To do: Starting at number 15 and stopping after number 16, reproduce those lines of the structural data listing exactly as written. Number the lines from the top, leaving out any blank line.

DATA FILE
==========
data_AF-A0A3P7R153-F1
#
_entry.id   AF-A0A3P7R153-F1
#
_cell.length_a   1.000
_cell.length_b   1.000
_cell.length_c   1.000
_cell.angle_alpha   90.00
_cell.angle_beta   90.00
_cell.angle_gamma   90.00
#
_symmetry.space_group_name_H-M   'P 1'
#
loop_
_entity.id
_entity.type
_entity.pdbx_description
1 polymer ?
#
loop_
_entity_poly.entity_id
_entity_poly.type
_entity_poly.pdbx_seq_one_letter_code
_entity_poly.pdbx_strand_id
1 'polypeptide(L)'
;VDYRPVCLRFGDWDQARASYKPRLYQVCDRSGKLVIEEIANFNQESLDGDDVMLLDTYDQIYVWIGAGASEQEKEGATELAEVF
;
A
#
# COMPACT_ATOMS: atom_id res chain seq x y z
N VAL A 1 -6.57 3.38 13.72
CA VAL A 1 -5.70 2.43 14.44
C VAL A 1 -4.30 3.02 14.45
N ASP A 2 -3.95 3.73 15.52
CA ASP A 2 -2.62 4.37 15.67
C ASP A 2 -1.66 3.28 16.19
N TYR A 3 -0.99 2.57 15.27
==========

_entity.id
_entity.type